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August 11, 2014

Vitamin D for Those “Senior Moments”

Making sure you have enough vitamin D is one way to guard against memory loss.

The statistics say that one in three older Americans have Alzheimer’s disease or some other form of dementia when they die. There is no cure for these cognitive problems yet, but researchers are looking for treatments that can alter the course of the disease or improve the quality of life for affected individuals.

It may be that simply avoiding a vitamin deficiency could reduce the odds of developing memory problems in old age.

A study just published by the American Academy of Neurology suggests that a lack of vitamin D may double the risk of developing Alzheimer’s disease or dementia.

Vitamin D is naturally present in very few foods. Fatty fish (salmon, tuna, and mackerel) and fish liver oils are the best sources. Cheese, beef liver, and egg yolks provide smaller amounts of the vitamin.

“We expected to find an association between low Vitamin D levels and the risk of dementia and Alzheimer's disease, but the results were surprising—we actually found that the association was twice as strong as we anticipated,” one of the study authors, David J. Llewellyn, said in a statement.

Canadian and British researchers reviewed 37 previous studies giving data on the levels of vitamin D in the blood of about 1,600 seniors. All the participants were over the age of 65 and had no symptoms of dementia and followed for an average of six years. Dementia was diagnosed in 171 people and 102 study participants were diagnosed with Alzheimer’s disease.

Those participants with low whose blood levels of vitamin D had an increased (53%) chance of developing dementia. compared to those with normal levels of vitamin D. Those who had severe deficiencies had a 125% greater risk of developing cognitive problems.

Alzheimer’s disease was more likely (70%) to develop in those with low vitamin D levels, but a severe deficiency increased the likelihood by over 120 percent.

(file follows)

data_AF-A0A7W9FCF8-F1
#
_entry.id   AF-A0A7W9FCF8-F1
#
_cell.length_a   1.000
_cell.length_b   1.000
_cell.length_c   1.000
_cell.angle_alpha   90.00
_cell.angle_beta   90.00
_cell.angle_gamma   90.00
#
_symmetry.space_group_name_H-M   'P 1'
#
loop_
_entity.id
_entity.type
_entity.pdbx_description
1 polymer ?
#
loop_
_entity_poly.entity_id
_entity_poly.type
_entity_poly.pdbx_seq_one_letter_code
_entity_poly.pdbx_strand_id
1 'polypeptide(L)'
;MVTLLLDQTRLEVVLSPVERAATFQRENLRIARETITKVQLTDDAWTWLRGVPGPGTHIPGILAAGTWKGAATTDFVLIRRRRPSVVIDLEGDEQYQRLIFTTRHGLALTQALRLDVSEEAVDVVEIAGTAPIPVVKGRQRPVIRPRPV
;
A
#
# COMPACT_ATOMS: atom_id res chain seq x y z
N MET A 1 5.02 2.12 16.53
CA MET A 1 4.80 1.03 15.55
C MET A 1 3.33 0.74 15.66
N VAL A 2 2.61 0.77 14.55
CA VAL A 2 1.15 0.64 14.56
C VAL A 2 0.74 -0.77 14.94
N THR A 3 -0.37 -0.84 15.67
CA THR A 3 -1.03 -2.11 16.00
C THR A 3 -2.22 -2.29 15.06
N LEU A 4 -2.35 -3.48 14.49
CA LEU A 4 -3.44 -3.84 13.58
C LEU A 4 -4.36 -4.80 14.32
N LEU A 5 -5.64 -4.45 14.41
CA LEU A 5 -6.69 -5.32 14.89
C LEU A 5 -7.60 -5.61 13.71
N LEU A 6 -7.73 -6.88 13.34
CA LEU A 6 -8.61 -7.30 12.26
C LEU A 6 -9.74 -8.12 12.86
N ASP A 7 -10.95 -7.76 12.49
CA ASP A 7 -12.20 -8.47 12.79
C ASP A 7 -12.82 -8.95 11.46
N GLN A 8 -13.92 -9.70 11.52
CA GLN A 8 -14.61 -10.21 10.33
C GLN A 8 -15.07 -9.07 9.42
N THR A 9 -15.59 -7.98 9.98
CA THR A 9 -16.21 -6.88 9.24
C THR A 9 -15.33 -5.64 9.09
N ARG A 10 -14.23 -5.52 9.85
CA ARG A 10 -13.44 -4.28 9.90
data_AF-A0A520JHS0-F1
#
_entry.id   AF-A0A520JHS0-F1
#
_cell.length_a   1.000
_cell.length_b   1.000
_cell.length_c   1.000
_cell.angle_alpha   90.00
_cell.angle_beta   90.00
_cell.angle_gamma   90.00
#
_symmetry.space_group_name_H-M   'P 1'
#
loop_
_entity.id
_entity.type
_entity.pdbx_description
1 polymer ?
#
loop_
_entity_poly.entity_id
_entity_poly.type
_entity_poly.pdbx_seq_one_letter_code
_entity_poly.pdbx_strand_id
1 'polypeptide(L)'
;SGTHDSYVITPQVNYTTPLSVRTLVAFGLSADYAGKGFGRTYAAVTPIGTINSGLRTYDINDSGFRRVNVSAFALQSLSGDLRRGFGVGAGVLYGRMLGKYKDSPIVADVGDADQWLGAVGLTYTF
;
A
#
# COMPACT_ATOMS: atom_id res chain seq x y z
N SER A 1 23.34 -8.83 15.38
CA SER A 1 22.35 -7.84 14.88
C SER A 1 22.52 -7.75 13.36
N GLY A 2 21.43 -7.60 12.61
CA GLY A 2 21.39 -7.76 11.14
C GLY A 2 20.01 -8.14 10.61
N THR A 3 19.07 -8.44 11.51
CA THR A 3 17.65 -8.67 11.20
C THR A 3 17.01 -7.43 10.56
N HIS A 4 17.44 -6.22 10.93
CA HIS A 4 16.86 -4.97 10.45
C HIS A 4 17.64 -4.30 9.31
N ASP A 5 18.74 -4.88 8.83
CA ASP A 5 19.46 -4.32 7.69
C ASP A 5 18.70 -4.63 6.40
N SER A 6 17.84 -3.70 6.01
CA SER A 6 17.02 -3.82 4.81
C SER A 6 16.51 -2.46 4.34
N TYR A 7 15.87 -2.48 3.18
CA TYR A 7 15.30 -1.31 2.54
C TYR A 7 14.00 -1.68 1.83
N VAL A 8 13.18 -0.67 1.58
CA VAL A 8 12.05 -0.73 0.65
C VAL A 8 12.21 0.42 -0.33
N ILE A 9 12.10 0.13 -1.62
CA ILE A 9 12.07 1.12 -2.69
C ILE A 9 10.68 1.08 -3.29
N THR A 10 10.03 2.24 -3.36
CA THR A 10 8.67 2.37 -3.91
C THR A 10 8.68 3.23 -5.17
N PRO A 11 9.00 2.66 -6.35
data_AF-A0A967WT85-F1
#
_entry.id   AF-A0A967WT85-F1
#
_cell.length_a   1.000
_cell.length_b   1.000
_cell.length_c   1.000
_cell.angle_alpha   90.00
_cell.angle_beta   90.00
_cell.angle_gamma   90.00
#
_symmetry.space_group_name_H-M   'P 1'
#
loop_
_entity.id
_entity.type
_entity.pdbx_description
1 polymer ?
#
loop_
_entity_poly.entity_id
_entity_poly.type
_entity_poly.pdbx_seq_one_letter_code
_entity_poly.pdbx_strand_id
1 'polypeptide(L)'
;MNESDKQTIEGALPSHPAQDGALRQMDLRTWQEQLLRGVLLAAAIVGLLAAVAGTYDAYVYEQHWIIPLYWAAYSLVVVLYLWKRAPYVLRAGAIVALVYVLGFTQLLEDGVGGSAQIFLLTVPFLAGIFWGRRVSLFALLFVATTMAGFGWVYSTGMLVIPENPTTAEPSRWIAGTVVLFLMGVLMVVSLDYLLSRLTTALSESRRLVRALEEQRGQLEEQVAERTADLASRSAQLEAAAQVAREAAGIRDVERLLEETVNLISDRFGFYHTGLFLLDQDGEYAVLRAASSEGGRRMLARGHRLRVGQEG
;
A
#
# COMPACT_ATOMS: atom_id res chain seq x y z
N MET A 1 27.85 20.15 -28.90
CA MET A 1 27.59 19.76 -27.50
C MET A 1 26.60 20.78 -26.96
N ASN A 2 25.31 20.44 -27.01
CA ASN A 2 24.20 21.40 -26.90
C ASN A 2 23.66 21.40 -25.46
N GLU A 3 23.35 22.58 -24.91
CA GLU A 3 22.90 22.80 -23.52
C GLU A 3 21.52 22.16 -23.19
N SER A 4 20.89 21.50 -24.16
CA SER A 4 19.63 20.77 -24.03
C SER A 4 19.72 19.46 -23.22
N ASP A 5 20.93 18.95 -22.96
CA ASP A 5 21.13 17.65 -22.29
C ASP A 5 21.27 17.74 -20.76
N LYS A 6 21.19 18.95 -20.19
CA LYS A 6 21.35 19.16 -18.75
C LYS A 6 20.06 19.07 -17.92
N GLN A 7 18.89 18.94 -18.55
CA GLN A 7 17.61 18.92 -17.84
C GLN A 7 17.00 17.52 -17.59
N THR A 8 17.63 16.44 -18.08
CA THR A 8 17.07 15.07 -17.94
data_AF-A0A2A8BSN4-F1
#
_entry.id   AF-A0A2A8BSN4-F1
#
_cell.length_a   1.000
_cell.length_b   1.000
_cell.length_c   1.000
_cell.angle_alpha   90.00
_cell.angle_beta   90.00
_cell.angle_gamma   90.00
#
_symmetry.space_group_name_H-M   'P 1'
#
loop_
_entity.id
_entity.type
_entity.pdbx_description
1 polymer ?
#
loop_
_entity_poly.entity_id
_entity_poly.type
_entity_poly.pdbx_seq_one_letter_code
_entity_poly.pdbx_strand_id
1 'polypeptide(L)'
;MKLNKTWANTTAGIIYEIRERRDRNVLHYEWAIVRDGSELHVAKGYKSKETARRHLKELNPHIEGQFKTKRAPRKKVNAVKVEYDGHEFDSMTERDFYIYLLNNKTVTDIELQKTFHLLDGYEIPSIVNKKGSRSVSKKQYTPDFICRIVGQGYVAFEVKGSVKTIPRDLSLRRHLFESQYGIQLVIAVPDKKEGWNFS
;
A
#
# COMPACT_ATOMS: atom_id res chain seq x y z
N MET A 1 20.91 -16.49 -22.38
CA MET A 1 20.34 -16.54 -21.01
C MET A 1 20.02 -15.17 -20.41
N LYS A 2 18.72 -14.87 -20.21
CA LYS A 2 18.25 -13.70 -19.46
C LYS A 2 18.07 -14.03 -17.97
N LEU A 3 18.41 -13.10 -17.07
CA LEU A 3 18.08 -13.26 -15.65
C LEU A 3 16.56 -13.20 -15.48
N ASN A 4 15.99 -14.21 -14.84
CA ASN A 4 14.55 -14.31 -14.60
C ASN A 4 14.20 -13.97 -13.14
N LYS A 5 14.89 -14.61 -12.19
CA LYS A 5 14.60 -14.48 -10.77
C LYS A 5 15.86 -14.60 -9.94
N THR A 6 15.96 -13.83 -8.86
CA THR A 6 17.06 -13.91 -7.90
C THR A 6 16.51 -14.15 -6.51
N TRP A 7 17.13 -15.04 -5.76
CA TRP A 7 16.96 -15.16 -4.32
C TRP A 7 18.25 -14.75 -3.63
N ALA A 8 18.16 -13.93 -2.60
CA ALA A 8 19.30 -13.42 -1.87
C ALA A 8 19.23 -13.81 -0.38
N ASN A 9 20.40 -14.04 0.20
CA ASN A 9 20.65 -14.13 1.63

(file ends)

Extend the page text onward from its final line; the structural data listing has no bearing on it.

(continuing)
The level of vitamin D in the blood is affected by the foods people eat; the supplements, if any, they take; and exposure to the sun. Vitamin D is naturally present in very few foods. Fatty fish (salmon, tuna, and mackerel) and fish liver oils are the best sources. Cheese, beef liver, and egg yolks provide smaller amounts of the vitamin.

Fortified foods provide most of the vitamin D in our diets. Almost all milk sold in the US is fortified with vitamin D, and foods like breakfast cereal, orange juice, and margarine may also be fortified, depending on the brand.

Llewellyn said that clinical trials are needed to determine whether eating more vitamin D-rich foods or taking supplements can delay or possibly prevent dementia and Alzheimer’s disease. He cautioned that the results of this study did not determine that low vitamin D levels cause dementia, but added that the findings are encouraging given the devastating and expensive nature of these two diseases.

It is estimated that about 70 percent of Americans are deficient in vitamin D. The Recommended Dietary Allowance for vitamin D for adults up to the age of 70 is 600 IU per day. Those 71 and older should get 800 IU per day.

The study is published in Neurology.

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